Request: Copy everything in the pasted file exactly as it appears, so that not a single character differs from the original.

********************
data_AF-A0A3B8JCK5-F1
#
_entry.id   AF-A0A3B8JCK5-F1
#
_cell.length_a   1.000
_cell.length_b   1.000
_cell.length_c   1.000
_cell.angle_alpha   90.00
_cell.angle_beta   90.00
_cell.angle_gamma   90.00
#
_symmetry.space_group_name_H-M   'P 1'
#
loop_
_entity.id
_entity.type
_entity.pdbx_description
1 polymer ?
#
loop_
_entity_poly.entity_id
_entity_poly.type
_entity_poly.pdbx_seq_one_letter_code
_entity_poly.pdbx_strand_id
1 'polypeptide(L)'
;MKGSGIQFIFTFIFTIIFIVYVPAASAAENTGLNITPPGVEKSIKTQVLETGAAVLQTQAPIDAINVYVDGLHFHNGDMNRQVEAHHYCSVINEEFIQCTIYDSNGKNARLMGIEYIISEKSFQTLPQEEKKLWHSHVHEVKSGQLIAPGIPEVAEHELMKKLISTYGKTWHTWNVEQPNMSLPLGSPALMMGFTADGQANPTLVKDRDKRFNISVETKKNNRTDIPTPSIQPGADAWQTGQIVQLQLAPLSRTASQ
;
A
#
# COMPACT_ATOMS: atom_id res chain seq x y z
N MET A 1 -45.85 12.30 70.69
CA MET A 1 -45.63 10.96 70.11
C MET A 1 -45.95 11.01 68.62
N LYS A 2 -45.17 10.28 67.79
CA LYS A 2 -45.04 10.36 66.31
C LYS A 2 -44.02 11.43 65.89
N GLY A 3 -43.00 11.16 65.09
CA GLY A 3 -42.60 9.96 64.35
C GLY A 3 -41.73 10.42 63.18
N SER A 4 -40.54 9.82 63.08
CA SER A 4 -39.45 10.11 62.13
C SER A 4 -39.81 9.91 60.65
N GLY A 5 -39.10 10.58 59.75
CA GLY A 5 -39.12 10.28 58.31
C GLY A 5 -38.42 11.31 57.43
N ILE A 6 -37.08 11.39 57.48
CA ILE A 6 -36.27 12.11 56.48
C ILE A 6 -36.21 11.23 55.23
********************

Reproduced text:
data_AF-A0A3B8JCK5-F1
#
_entry.id   AF-A0A3B8JCK5-F1
#
_cell.length_a   1.000
_cell.length_b   1.000
_cell.length_c   1.000
_cell.angle_alpha   90.00
_cell.angle_beta   90.00
_cell.angle_gamma   90.00
#
_symmetry.space_group_name_H-M   'P 1'
#
loop_
_entity.id
_entity.type
_entity.pdbx_description
1 polymer ?
#
loop_
_entity_poly.entity_id
_entity_poly.type
_entity_poly.pdbx_seq_one_letter_code
_entity_poly.pdbx_strand_id
1 'polypeptide(L)'
;MKGSGIQFIFTFIFTIIFIVYVPAASAAENTGLNITPPGVEKSIKTQVLETGAAVLQTQAPIDAINVYVDGLHFHNGDMNRQVEAHHYCSVINEEFIQCTIYDSNGKNARLMGIEYIISEKSFQTLPQEEKKLWHSHVHEVKSGQLIAPGIPEVAEHELMKKLISTYGKTWHTWNVEQPNMSLPLGSPALMMGFTADGQANPTLVKDRDKRFNISVETKKNNRTDIPTPSIQPGADAWQTGQIVQLQLAPLSRTASQ
;
A
#
# COMPACT_ATOMS: atom_id res chain seq x y z
N MET A 1 -45.85 12.30 70.69
CA MET A 1 -45.63 10.96 70.11
C MET A 1 -45.95 11.01 68.62
N LYS A 2 -45.17 10.28 67.79
CA LYS A 2 -45.04 10.36 66.31
C LYS A 2 -44.02 11.43 65.89
N GLY A 3 -43.00 11.16 65.09
CA GLY A 3 -42.60 9.96 64.35
C GLY A 3 -41.73 10.42 63.18
N SER A 4 -40.54 9.82 63.08
CA SER A 4 -39.45 10.11 62.13
C SER A 4 -39.81 9.91 60.65
N GLY A 5 -39.10 10.58 59.75
CA GLY A 5 -39.12 10.28 58.31
C GLY A 5 -38.42 11.31 57.43
N ILE A 6 -37.08 11.39 57.48
CA ILE A 6 -36.27 12.11 56.48
C ILE A 6 -36.21 11.23 55.23